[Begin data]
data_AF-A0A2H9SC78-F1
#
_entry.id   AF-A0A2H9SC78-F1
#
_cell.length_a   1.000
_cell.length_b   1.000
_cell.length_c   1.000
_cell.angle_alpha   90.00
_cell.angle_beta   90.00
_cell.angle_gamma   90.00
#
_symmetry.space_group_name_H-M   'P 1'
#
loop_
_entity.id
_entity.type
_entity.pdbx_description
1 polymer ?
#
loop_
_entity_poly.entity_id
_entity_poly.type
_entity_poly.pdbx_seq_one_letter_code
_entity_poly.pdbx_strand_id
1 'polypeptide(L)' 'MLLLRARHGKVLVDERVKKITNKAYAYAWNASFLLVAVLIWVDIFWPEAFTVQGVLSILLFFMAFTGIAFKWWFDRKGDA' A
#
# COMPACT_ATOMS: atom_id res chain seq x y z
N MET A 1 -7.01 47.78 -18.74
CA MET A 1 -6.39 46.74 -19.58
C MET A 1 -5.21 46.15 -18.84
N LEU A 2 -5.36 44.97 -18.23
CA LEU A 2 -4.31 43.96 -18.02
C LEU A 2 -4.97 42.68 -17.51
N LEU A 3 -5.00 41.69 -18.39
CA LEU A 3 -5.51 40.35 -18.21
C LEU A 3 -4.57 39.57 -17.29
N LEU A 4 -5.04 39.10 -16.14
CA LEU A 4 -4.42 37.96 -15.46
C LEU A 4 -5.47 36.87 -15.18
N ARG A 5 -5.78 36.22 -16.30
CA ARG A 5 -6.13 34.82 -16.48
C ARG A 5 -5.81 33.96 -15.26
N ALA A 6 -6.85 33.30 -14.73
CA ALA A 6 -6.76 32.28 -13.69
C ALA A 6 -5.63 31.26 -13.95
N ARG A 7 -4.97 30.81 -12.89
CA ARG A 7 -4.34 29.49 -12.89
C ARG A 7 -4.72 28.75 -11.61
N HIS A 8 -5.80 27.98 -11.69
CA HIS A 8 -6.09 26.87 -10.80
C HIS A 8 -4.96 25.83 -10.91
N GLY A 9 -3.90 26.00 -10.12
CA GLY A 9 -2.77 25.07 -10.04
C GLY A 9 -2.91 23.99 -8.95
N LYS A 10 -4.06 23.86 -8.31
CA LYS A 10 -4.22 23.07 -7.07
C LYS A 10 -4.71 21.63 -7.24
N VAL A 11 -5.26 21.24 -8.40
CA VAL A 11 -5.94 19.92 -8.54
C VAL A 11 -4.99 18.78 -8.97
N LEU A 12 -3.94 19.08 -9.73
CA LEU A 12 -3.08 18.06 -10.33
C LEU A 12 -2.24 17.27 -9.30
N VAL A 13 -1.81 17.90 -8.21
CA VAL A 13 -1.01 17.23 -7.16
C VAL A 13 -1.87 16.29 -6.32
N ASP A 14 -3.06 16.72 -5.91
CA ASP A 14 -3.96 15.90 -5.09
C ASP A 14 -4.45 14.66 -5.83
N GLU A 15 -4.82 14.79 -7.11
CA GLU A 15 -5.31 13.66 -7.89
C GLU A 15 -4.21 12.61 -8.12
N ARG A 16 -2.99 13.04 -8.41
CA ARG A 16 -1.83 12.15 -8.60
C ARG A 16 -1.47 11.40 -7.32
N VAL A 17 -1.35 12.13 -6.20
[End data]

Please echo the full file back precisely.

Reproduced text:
data_AF-A0A2H9SC78-F1
#
_entry.id   AF-A0A2H9SC78-F1
#
_cell.length_a   1.000
_cell.length_b   1.000
_cell.length_c   1.000
_cell.angle_alpha   90.00
_cell.angle_beta   90.00
_cell.angle_gamma   90.00
#
_symmetry.space_group_name_H-M   'P 1'
#
loop_
_entity.id
_entity.type
_entity.pdbx_description
1 polymer ?
#
loop_
_entity_poly.entity_id
_entity_poly.type
_entity_poly.pdbx_seq_one_letter_code
_entity_poly.pdbx_strand_id
1 'polypeptide(L)' 'MLLLRARHGKVLVDERVKKITNKAYAYAWNASFLLVAVLIWVDIFWPEAFTVQGVLSILLFFMAFTGIAFKWWFDRKGDA' A
#
# COMPACT_ATOMS: atom_id res chain seq x y z
N MET A 1 -7.01 47.78 -18.74
CA MET A 1 -6.39 46.74 -19.58
C MET A 1 -5.21 46.15 -18.84
N LEU A 2 -5.36 44.97 -18.23
CA LEU A 2 -4.31 43.96 -18.02
C LEU A 2 -4.97 42.68 -17.51
N LEU A 3 -5.00 41.69 -18.39
CA LEU A 3 -5.51 40.35 -18.21
C LEU A 3 -4.57 39.57 -17.29
N LEU A 4 -5.04 39.10 -16.14
CA LEU A 4 -4.42 37.96 -15.46
C LEU A 4 -5.47 36.87 -15.18
N ARG A 5 -5.78 36.22 -16.30
CA ARG A 5 -6.13 34.82 -16.48
C ARG A 5 -5.81 33.96 -15.26
N ALA A 6 -6.85 33.30 -14.73
CA ALA A 6 -6.76 32.28 -13.69
C ALA A 6 -5.63 31.26 -13.95
N ARG A 7 -4.97 30.81 -12.89
CA ARG A 7 -4.34 29.49 -12.89
C ARG A 7 -4.72 28.75 -11.61
N HIS A 8 -5.80 27.98 -11.69
CA HIS A 8 -6.09 26.87 -10.80
C HIS A 8 -4.96 25.83 -10.91
N GLY A 9 -3.90 26.00 -10.12
CA GLY A 9 -2.77 25.07 -10.04
C GLY A 9 -2.91 23.99 -8.95
N LYS A 10 -4.06 23.86 -8.31
CA LYS A 10 -4.22 23.07 -7.07
C LYS A 10 -4.71 21.63 -7.24
N VAL A 11 -5.26 21.24 -8.40
CA VAL A 11 -5.94 19.92 -8.54
C VAL A 11 -4.99 18.78 -8.97
N LEU A 12 -3.94 19.08 -9.73
CA LEU A 12 -3.08 18.06 -10.33
C LEU A 12 -2.24 17.27 -9.30
N VAL A 13 -1.81 17.90 -8.21
CA VAL A 13 -1.01 17.23 -7.16
C VAL A 13 -1.87 16.29 -6.32
N ASP A 14 -3.06 16.72 -5.91
CA ASP A 14 -3.96 15.90 -5.09
C ASP A 14 -4.45 14.66 -5.83
N GLU A 15 -4.82 14.79 -7.11
CA GLU A 15 -5.31 13.66 -7.89
C GLU A 15 -4.21 12.61 -8.12
N ARG A 16 -2.99 13.04 -8.41
CA ARG A 16 -1.83 12.15 -8.60
C ARG A 16 -1.47 11.40 -7.32
N VAL A 17 -1.35 12.13 -6.20